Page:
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Scouts put finishing touches on Jamboree site

By Candace Nelson

CHARLESTON, W.Va. - As shrubs are planted, grass is cut and supplies are shipped in, the Summit Bechtel Family National Scout Reserve is preparing for the influx of more than 40,000 Boy Scouts, leaders and staff in less than a week.

Work was 99 percent complete Monday on the 1,000 acres that will host the National Scout Jamboree July 15-24, said Gary Hartley, director of community and governmental relations for the Summit.

"It's like we're painting a room," Hartley said. "We started toward the center and worked our way out so that we don't paint ourselves into a corner. So the little bit of construction that is left is toward the outside."

Hartley said all major construction is finished. All that's left to be finalized are some cosmetic features.

"We're doing a final top coating of gravel; some shrubs are being planted when the construction is done," Hartley said.

Hartley said now is the time when vendors are starting to come in with supplies, material and equipment to set up for when the Scouts arrive. Contractors are preparing last-minute details and setting up tents.

Food vendors are setting up pavilions, and organizations are preparing their exhibits.

At the Summit Center, the stage area and some sets of stairs are still being constructed. Temporary toilets and staging areas will eventually be replaced with permanent structures.

Michael Patrick, director of operations for the Summit, said, "there are a lot of little things to do -- last minute tweaks and rehearsals here and there."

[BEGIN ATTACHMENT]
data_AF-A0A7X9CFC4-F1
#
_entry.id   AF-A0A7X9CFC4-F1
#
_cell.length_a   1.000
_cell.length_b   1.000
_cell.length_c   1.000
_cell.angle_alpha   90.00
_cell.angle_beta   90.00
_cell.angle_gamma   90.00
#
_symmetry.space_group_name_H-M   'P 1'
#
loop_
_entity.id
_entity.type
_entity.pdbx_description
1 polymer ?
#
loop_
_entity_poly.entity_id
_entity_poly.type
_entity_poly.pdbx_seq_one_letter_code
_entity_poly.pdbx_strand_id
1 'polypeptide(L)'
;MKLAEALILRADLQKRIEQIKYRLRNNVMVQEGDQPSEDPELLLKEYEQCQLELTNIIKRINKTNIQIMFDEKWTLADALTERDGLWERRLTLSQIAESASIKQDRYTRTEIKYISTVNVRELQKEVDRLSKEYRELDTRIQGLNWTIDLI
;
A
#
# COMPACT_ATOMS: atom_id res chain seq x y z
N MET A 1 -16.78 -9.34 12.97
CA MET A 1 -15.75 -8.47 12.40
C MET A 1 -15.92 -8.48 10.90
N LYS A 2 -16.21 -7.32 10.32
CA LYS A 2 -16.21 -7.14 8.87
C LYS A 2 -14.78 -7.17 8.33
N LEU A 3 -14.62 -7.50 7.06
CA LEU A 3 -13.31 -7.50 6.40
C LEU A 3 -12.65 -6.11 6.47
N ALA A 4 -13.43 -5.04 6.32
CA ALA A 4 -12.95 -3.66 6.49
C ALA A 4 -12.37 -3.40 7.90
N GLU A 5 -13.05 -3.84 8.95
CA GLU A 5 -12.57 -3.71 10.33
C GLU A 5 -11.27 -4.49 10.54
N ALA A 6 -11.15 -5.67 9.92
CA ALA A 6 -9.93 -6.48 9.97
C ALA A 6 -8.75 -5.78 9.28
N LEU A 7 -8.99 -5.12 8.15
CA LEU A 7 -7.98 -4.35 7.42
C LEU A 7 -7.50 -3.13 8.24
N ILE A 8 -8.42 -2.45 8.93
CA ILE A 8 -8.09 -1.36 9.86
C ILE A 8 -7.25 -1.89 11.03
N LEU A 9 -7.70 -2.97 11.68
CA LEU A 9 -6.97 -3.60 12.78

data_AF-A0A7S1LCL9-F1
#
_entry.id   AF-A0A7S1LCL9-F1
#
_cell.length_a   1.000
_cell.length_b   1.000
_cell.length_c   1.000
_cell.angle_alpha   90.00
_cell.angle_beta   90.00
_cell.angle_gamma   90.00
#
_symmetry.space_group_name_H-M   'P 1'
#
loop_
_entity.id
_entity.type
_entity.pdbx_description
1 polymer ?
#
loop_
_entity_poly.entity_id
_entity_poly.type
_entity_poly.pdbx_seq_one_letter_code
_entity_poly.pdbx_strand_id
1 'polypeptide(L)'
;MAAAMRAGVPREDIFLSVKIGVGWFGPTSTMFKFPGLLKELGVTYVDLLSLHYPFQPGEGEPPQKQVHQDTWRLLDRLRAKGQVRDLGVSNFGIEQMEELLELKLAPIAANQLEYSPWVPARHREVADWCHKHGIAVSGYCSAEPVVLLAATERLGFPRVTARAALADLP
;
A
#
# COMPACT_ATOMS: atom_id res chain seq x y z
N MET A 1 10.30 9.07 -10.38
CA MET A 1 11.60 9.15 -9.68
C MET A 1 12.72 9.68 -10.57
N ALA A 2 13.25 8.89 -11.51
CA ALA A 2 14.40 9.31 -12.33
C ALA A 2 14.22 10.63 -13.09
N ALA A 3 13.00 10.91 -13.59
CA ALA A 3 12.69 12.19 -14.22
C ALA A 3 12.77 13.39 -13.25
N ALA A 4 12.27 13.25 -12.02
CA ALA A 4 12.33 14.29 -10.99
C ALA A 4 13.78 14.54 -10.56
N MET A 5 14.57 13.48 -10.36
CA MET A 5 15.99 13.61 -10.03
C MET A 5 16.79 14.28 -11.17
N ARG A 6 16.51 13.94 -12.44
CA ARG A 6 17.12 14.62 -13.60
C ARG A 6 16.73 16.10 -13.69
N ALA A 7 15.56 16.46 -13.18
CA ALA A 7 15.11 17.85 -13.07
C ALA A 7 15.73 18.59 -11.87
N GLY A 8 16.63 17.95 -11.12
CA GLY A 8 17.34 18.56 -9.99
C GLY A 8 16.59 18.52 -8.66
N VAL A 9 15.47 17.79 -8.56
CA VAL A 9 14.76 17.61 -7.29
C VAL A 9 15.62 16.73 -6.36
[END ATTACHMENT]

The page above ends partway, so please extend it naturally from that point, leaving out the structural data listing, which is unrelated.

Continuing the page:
The emergency system is being tested, workers were perfecting the zipline and skateboarding areas and volunteers are also arriving on site.

"Everything that we expected to have done will be done," Hartley said.

A few other projects have been started but won't be ready in time for the 2013 Jamboree.

Work on the Scott Visitors Center was started but wasn't intended to be finished for this Jamboree, Hartley said. Construction will continue and be ready for future years.

The site features four temporary Olympic-sized swimming pools, Patrick said. They'll be replaced with in-ground facilities in the future.

"After the Jamboree, we'll go back in construction mode and work on additional construction to support high-adventure base," Hartley said previously. "In 2014, we will run a pilot program of high adventure camp, run during the summer."

The same 1,000 acres devoted to the Jamboree will be used for the summer programs, with few construction updates needed.

The next Jamboree will be in 2017, and the location will be used in 2019 for the World Jamboree, with high-adventure base options in between. While the pilot program is only open during the summer, the plan is to expand to spring and fall, with the eventual goal of running a year-round program.


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